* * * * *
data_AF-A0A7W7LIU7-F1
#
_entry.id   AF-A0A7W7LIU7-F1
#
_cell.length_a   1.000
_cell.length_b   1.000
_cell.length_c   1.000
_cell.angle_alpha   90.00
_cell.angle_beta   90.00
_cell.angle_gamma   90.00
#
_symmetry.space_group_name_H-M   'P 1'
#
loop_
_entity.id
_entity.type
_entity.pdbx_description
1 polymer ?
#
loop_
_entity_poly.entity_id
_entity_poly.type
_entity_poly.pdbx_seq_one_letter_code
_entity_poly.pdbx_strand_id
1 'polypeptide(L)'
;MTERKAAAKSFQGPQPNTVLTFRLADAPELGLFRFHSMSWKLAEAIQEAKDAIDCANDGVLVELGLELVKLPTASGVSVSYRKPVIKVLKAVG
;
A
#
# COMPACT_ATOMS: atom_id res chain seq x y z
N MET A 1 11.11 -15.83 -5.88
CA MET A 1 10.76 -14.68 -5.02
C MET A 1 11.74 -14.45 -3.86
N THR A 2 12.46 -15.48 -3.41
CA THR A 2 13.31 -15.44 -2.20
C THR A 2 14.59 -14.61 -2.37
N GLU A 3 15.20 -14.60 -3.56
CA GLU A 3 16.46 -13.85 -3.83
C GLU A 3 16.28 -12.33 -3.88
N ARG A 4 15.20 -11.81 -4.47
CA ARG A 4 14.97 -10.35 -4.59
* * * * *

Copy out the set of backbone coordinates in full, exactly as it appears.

data_AF-A0A7W7LIU7-F1
#
_entry.id   AF-A0A7W7LIU7-F1
#
_cell.length_a   1.000
_cell.length_b   1.000
_cell.length_c   1.000
_cell.angle_alpha   90.00
_cell.angle_beta   90.00
_cell.angle_gamma   90.00
#
_symmetry.space_group_name_H-M   'P 1'
#
loop_
_entity.id
_entity.type
_entity.pdbx_description
1 polymer ?
#
loop_
_entity_poly.entity_id
_entity_poly.type
_entity_poly.pdbx_seq_one_letter_code
_entity_poly.pdbx_strand_id
1 'polypeptide(L)'
;MTERKAAAKSFQGPQPNTVLTFRLADAPELGLFRFHSMSWKLAEAIQEAKDAIDCANDGVLVELGLELVKLPTASGVSVSYRKPVIKVLKAVG
;
A
#
# COMPACT_ATOMS: atom_id res chain seq x y z
N MET A 1 11.11 -15.83 -5.88
CA MET A 1 10.76 -14.68 -5.02
C MET A 1 11.74 -14.45 -3.86
N THR A 2 12.46 -15.48 -3.41
CA THR A 2 13.31 -15.44 -2.20
C THR A 2 14.59 -14.61 -2.37
N GLU A 3 15.20 -14.60 -3.56
CA GLU A 3 16.46 -13.85 -3.83
C GLU A 3 16.28 -12.33 -3.88
N ARG A 4 15.20 -11.81 -4.47
CA ARG A 4 14.97 -10.35 -4.59